Oxford (2016) h/b 858pp £35 (ISBN 9780198804864)
The bad news first, so bad indeed that this new packaging (now in the ‘Oxford Reference Collection’) of the American first edition of 2005 may need to be scrapped. Paperback in size and luxuriously hard-backed, it is a bulky 2” thick and weighs two and a quarter pounds. Nothing wrong with that, though handy pocket-sized it is not. But open it, and the gutter is barely half an inch wide. Open it flat in order to be able to enjoy the unexpected bonus of reading it, and the reviewer could observe the pages already beginning to split. His copy was ‘bound’ (if only) by CPI in Croydon.
The 2005 edition, as users of the original will know, consists of selected (c. 2,500) and abbreviated entries from the third edition of the superb Hornblower-Spawforth Oxford Classical Dictionary (1996, over 6,000 entries). This distinguishes it from the larger format Eidinow-Hornblower-Spawforth Oxford Companion to Classical Civilisation, whose entries are an unabbreviated selection, first (1998) from OCD3 and then (2014) from OCD4, which was published in 2012. One can understand why the original editors would have been somewhat loath to take on the job of abbreviating the full entries which they had invited from so many scholars. (In fact the whole OCD is now in the hands of American editors under Oxford [USA], with an online edition, rolling updates, rewriting of entries, and so on.)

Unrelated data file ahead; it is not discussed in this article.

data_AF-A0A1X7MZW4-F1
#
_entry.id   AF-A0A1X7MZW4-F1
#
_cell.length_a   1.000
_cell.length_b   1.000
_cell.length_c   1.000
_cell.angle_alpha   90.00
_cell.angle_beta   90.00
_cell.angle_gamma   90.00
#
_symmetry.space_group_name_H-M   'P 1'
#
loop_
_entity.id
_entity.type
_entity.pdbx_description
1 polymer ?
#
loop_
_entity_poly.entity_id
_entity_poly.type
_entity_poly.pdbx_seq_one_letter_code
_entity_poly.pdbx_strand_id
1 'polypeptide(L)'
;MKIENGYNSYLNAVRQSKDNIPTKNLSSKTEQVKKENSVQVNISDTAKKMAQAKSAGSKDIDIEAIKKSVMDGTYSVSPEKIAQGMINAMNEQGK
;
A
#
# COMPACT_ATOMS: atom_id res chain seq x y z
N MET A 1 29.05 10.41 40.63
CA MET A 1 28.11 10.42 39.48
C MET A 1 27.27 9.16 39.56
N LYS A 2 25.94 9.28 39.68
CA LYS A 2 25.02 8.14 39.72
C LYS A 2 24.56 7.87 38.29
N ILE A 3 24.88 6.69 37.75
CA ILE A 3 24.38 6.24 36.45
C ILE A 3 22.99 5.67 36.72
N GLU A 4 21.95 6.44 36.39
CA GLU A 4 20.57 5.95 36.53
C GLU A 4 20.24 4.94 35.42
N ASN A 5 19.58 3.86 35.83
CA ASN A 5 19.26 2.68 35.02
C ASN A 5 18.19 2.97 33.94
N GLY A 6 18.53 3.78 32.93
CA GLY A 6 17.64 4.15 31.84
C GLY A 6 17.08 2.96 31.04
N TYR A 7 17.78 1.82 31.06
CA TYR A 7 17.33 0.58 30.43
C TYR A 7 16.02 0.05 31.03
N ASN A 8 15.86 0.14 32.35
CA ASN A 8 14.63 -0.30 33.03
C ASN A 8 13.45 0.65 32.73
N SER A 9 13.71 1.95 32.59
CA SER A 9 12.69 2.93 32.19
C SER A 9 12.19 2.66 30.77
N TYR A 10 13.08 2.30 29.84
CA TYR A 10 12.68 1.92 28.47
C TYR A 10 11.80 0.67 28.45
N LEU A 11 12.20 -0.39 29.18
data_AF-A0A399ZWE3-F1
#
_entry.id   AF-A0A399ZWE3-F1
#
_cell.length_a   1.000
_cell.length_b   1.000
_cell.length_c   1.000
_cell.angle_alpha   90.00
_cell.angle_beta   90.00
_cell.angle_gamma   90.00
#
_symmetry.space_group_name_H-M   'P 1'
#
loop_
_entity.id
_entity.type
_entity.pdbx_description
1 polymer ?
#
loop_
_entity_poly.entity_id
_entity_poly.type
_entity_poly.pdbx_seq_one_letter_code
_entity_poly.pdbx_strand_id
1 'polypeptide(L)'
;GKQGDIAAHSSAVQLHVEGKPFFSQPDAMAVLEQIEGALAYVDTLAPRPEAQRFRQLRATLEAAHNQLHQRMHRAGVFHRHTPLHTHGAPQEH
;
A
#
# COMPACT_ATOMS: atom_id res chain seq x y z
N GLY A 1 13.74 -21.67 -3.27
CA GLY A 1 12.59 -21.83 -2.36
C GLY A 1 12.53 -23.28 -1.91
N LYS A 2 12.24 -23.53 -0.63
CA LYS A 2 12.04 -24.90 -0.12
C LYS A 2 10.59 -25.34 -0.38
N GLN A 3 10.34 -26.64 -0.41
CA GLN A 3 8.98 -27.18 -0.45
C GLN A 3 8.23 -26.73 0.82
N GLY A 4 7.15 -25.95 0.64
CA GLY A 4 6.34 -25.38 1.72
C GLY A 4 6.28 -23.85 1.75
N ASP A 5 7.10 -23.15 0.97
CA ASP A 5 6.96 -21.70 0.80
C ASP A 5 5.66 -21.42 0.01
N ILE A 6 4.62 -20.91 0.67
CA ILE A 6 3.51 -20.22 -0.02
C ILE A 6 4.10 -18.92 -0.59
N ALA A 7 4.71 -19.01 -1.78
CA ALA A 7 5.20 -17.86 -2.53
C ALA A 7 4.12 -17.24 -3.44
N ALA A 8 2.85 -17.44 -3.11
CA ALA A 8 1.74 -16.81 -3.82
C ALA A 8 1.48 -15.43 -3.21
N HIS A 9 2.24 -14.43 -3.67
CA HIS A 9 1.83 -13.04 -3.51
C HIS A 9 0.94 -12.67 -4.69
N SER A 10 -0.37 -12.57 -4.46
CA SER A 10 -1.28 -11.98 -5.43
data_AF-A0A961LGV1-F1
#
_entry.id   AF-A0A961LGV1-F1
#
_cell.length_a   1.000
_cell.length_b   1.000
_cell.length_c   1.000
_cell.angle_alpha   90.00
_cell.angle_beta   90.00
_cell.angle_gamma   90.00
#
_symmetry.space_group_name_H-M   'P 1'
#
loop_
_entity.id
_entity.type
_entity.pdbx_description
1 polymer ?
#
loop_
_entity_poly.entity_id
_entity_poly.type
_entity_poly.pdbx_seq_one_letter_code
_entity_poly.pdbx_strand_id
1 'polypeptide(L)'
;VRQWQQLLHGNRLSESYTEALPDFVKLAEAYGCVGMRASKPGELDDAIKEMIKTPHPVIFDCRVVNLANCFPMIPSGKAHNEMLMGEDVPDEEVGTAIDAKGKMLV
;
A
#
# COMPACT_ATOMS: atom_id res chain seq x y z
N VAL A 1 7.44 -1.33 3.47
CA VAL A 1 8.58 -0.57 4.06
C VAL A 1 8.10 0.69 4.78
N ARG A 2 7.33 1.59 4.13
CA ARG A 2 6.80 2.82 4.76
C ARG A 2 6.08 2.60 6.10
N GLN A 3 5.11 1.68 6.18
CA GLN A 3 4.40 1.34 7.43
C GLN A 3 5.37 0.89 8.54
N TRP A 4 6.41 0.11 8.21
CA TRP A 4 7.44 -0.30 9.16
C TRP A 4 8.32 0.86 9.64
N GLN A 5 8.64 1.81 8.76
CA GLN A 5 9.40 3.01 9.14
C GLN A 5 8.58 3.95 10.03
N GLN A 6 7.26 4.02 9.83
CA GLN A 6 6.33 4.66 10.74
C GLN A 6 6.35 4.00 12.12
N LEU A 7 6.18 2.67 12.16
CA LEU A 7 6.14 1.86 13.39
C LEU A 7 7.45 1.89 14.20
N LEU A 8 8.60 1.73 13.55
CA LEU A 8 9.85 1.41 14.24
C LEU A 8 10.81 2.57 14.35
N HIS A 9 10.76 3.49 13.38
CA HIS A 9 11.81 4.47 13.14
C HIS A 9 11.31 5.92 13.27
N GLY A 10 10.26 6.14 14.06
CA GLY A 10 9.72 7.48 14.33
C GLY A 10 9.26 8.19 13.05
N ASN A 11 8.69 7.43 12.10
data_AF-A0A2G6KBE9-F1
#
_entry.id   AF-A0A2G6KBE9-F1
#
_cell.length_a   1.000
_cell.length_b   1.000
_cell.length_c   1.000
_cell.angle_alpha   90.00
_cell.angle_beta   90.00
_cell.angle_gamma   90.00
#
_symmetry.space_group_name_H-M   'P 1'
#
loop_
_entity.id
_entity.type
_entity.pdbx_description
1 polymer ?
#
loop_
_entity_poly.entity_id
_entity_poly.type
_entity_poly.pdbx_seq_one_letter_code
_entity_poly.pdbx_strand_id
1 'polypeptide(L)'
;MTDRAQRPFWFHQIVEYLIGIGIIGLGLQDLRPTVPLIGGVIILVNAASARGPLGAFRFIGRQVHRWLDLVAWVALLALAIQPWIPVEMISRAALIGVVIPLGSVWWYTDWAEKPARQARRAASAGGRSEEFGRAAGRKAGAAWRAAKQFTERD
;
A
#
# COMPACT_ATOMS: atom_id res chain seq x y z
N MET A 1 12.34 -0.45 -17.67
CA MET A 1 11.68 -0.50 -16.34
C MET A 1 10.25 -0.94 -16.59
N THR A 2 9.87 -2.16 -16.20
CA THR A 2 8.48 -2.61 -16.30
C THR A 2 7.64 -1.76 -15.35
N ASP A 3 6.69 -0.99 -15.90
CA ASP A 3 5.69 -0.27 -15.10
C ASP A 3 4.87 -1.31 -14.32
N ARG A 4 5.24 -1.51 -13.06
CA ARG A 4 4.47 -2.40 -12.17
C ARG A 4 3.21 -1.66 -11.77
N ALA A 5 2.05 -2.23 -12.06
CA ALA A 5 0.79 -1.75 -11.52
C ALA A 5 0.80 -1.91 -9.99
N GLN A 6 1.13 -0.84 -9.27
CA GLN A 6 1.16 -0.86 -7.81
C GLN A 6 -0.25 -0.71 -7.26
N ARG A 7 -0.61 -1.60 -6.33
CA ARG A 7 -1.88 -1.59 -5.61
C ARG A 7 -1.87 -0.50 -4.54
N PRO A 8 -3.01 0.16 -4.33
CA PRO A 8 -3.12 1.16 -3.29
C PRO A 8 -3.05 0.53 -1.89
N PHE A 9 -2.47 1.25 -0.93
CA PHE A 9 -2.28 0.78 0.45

That said, the 2005 edition was a fine piece of work. Though everyone can cavil with aspects of the re-working of any work of reference, this book has stood the test of time as an intelligent re-working of the mighty OCD3, designed for a market that does not require the original’s scope and detail but will welcome its authority in shorter format. Bar occasional misprints (e.g. Eburaeum for Eburacum), the reviewer’s main cavil would be the strange decision to mark macra only where doing so would not upset the normal English pronunciation. It is also odd that the helpful list of major authors should not show their dates. The appendix on ‘Money and its Value in the Classical World’ is still a particularly useful addition, as is the two-way gazetteer matching many of the ancient with the modern place names that appear in the dictionary.